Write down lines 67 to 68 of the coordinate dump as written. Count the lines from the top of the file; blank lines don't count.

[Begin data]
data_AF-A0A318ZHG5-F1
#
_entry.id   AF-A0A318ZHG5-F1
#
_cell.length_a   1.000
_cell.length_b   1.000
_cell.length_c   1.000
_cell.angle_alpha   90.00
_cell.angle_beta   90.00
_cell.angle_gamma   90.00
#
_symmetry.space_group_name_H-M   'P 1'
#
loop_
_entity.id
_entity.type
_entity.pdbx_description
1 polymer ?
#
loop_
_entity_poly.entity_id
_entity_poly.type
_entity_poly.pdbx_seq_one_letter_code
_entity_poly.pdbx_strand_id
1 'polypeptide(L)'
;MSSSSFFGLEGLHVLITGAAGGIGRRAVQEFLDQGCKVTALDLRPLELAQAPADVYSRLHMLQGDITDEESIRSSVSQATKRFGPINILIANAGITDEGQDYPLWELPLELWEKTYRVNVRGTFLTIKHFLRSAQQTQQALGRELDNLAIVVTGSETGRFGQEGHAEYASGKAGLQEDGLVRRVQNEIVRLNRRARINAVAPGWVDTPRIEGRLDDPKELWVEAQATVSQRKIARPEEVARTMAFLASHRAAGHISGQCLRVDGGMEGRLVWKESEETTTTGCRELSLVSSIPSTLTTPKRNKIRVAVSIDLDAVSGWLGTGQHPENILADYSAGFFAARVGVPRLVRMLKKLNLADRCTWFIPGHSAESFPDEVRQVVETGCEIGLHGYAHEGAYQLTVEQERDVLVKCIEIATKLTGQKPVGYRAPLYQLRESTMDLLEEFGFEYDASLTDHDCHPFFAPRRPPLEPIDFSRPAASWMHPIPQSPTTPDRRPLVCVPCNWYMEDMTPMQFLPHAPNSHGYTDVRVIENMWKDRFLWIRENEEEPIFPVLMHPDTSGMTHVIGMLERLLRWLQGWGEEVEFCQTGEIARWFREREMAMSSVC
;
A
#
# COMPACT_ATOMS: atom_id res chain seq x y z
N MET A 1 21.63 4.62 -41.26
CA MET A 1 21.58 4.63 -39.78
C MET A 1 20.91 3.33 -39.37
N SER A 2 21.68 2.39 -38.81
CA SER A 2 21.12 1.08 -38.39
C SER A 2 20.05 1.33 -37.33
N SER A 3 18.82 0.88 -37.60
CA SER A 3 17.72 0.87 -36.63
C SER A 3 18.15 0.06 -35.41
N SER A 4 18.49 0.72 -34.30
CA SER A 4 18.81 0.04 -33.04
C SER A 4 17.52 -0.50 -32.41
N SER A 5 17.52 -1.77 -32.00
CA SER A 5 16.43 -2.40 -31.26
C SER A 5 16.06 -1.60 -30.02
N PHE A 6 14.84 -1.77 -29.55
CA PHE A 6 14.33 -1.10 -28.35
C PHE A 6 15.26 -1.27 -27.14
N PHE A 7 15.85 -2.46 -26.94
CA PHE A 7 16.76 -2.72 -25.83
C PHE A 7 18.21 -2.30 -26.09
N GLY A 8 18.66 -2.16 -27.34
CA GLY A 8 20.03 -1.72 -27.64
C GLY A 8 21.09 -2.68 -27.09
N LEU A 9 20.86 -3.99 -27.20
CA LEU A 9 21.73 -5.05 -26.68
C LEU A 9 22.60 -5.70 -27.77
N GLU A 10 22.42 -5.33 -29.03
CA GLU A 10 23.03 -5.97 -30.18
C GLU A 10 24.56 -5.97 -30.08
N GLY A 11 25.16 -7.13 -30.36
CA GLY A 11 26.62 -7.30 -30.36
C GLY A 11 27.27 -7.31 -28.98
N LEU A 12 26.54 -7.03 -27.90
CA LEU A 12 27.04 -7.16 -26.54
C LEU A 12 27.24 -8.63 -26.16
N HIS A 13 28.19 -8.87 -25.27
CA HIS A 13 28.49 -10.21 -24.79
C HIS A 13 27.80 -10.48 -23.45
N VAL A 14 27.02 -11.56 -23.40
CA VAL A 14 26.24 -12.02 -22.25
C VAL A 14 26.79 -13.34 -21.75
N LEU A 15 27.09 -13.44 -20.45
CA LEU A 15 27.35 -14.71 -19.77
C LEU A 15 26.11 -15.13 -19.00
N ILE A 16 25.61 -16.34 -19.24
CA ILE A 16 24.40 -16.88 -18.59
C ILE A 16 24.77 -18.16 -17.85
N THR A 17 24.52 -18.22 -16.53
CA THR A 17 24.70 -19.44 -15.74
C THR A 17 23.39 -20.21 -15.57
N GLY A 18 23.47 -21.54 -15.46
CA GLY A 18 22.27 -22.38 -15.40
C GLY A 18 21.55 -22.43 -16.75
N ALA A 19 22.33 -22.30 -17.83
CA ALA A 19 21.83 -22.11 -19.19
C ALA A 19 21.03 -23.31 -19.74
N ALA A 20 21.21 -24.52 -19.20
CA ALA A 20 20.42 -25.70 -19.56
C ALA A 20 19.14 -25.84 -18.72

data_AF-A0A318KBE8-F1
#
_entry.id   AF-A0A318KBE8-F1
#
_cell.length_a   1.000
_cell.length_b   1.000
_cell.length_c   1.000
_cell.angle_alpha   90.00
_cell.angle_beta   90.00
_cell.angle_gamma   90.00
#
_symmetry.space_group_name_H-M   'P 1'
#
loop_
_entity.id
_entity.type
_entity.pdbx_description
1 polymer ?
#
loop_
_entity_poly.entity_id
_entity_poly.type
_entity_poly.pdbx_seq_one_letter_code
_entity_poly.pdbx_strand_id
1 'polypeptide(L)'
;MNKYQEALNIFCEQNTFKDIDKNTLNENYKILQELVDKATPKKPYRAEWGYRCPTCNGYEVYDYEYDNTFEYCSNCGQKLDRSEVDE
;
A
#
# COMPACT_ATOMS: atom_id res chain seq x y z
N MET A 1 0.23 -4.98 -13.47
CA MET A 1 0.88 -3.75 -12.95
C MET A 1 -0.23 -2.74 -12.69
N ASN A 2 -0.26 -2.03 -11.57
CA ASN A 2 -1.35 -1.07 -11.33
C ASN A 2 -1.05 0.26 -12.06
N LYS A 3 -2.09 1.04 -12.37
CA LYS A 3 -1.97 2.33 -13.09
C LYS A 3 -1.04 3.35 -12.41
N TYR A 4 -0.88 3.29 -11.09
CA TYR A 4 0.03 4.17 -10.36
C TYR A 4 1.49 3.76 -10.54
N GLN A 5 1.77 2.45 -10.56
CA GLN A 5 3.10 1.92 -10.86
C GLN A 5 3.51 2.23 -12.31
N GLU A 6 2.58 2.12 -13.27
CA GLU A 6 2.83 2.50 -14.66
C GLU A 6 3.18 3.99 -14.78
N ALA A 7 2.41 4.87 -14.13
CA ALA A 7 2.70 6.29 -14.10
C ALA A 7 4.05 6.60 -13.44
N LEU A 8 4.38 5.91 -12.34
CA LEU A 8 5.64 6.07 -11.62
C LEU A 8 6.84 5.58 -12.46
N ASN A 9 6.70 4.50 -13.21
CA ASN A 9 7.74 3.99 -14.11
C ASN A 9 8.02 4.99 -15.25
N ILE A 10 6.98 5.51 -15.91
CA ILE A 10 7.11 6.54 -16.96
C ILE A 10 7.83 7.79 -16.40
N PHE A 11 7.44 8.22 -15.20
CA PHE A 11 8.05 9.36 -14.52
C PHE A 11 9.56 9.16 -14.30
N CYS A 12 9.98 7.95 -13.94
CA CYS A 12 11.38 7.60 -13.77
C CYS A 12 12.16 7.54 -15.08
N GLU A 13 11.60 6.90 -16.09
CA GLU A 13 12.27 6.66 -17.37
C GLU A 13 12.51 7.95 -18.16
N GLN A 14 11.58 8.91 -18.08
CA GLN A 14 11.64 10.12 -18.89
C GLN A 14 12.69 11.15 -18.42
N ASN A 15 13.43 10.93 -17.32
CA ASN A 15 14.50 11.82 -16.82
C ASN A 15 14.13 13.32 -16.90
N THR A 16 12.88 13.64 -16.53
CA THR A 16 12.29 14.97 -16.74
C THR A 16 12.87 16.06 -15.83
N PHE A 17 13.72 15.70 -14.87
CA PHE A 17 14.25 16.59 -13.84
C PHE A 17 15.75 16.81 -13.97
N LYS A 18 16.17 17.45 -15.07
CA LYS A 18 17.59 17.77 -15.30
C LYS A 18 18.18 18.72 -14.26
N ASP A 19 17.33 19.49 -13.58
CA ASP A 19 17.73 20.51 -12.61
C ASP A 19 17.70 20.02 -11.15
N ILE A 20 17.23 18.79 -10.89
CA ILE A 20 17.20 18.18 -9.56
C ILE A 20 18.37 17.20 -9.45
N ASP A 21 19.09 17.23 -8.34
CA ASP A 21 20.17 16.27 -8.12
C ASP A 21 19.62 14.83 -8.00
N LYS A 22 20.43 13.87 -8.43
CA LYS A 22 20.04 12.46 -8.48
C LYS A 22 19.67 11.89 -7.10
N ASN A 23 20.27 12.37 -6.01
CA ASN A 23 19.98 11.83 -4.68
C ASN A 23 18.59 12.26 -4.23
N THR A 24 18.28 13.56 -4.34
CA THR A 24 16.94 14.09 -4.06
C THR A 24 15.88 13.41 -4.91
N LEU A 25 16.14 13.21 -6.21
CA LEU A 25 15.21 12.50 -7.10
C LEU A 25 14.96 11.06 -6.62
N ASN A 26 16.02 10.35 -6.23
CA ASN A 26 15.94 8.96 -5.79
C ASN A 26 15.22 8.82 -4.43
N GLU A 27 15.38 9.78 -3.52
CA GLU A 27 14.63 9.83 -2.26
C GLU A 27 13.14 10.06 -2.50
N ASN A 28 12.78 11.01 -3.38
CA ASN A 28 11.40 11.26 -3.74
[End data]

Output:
N HIS A 13 28.19 -8.87 -25.27
CA HIS A 13 28.49 -10.21 -24.79